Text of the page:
Born in Agrinio, he graduated from the Scholi Evelpidon Officer Academy in 1878 as a Second Lieutenant of Artillery, later followed by a further year of studies in Belgium. Upon his return, as Captain, he was appointed adjutant to the 1884-1887 French military mission, which had been tasked with modernizing the Greek Army. He was a recognized expert in artillery, teaching at the Army Academy and inventing the Schneider-Dangli Gun in 1893. During the Greco-Turkish War of 1897 he served as chief of staff of I Brigade in the Epirus sector. As a Lieutenant Colonel, he was transferred to the General Staff Corps in 1904.
Promoted to Colonel in 1907, he participated in the latter stages of the Macedonian Struggle, supervising operations in the Salonica area, under the nom de guerre of Parmenion. Promoted to Major General in 1911, he was appointed head of the Army General Staff in August 1912, partly because of his abilities, but also as a balance to the more royalist and Germanophile staff officers like Ioannis Metaxas. During the First Balkan War, he served as chief of staff to Crown Prince Constantine's Army of Thessaly until November 1912, when he became a member of the Greek delegation in the London Peace Conference. In March 1913 he was promoted to Lieutenant General and placed in command of the Epirus Army Corps.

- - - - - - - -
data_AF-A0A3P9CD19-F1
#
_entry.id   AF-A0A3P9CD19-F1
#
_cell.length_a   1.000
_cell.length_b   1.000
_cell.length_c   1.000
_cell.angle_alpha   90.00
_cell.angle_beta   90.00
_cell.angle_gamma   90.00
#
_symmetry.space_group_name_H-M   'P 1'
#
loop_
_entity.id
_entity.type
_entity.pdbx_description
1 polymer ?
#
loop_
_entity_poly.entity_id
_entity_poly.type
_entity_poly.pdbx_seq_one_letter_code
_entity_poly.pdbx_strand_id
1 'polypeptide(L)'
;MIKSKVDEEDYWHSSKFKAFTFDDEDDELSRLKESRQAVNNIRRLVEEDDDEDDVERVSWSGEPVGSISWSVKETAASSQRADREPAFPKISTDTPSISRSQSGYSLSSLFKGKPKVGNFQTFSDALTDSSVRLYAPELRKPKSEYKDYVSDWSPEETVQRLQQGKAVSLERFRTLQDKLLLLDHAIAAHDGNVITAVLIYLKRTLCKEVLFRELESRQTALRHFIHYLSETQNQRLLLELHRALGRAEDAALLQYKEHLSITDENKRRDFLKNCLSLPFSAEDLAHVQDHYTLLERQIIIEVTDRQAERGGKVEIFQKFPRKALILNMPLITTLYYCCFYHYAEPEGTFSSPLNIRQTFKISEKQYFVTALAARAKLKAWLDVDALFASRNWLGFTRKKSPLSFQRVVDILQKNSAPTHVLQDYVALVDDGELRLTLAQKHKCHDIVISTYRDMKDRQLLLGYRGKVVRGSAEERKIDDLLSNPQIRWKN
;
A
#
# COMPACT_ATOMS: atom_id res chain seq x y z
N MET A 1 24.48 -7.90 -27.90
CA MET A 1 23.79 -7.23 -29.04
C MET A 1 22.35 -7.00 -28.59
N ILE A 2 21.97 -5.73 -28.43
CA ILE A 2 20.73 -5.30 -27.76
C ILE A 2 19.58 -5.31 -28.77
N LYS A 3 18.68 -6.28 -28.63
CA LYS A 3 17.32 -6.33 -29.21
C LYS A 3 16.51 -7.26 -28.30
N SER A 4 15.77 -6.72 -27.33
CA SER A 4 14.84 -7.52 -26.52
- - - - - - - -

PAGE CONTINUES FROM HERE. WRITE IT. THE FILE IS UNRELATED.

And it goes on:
In late 1914 he left the army and went into politics, joining the Liberal Party of Eleftherios Venizelos in 1915 and elected as an MP for Epirus. He became Minister for War and supported Venizelos during his struggle against King Constantine in 1916, joining his Triumvirate, the "Provisional Government of National Defence". In 1917, when Greece joined the First World War, he was appointed nominal commander-in-chief of the Greek Army, a position he retained until the war's end, when he returned to his parliamentary office. In 1921, Danglis succeeded the self-exiled Venizelos as president of the Liberal Party.